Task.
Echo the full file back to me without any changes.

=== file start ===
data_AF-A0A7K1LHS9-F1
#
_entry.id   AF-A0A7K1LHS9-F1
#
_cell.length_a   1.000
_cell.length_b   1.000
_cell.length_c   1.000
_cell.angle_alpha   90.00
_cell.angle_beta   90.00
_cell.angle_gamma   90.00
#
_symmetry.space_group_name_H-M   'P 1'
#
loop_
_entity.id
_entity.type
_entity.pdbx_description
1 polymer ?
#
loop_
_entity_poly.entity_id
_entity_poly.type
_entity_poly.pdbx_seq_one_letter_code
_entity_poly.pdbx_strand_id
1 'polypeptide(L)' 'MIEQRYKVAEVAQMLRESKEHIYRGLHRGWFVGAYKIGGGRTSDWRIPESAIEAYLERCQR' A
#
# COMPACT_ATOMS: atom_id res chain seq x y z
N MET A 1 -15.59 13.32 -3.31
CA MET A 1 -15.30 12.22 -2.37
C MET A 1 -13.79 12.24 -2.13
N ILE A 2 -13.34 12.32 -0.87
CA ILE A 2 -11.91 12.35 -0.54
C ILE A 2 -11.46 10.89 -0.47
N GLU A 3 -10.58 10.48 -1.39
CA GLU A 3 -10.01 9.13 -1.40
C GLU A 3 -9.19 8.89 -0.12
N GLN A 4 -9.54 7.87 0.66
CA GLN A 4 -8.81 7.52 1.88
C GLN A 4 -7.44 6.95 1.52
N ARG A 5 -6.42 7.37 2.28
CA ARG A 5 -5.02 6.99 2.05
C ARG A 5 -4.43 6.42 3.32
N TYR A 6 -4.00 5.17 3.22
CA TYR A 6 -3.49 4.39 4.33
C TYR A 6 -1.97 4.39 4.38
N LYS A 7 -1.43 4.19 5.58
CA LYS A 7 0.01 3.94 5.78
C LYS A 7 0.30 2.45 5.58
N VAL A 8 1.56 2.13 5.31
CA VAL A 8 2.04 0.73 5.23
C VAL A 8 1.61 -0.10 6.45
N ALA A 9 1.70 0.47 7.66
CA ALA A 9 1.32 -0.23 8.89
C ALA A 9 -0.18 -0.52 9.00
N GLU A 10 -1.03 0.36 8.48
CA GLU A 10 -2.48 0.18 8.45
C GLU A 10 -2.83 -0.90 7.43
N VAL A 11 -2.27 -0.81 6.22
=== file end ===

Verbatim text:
data_AF-A0A7K1LHS9-F1
#
_entry.id   AF-A0A7K1LHS9-F1
#
_cell.length_a   1.000
_cell.length_b   1.000
_cell.length_c   1.000
_cell.angle_alpha   90.00
_cell.angle_beta   90.00
_cell.angle_gamma   90.00
#
_symmetry.space_group_name_H-M   'P 1'
#
loop_
_entity.id
_entity.type
_entity.pdbx_description
1 polymer ?
#
loop_
_entity_poly.entity_id
_entity_poly.type
_entity_poly.pdbx_seq_one_letter_code
_entity_poly.pdbx_strand_id
1 'polypeptide(L)' 'MIEQRYKVAEVAQMLRESKEHIYRGLHRGWFVGAYKIGGGRTSDWRIPESAIEAYLERCQR' A
#
# COMPACT_ATOMS: atom_id res chain seq x y z
N MET A 1 -15.59 13.32 -3.31
CA MET A 1 -15.30 12.22 -2.37
C MET A 1 -13.79 12.24 -2.13
N ILE A 2 -13.34 12.32 -0.87
CA ILE A 2 -11.91 12.35 -0.54
C ILE A 2 -11.46 10.89 -0.47
N GLU A 3 -10.58 10.48 -1.39
CA GLU A 3 -10.01 9.13 -1.40
C GLU A 3 -9.19 8.89 -0.12
N GLN A 4 -9.54 7.87 0.66
CA GLN A 4 -8.81 7.52 1.88
C GLN A 4 -7.44 6.95 1.52
N ARG A 5 -6.42 7.37 2.28
CA ARG A 5 -5.02 6.99 2.05
C ARG A 5 -4.43 6.42 3.32
N TYR A 6 -4.00 5.17 3.22
CA TYR A 6 -3.49 4.39 4.33
C TYR A 6 -1.97 4.39 4.38
N LYS A 7 -1.43 4.19 5.58
CA LYS A 7 0.01 3.94 5.78
C LYS A 7 0.30 2.45 5.58
N VAL A 8 1.56 2.13 5.31
CA VAL A 8 2.04 0.73 5.23
C VAL A 8 1.61 -0.10 6.45
N ALA A 9 1.70 0.47 7.66
CA ALA A 9 1.32 -0.23 8.89
C ALA A 9 -0.18 -0.52 9.00
N GLU A 10 -1.03 0.36 8.48
CA GLU A 10 -2.48 0.18 8.45
C GLU A 10 -2.83 -0.90 7.43
N VAL A 11 -2.27 -0.81 6.22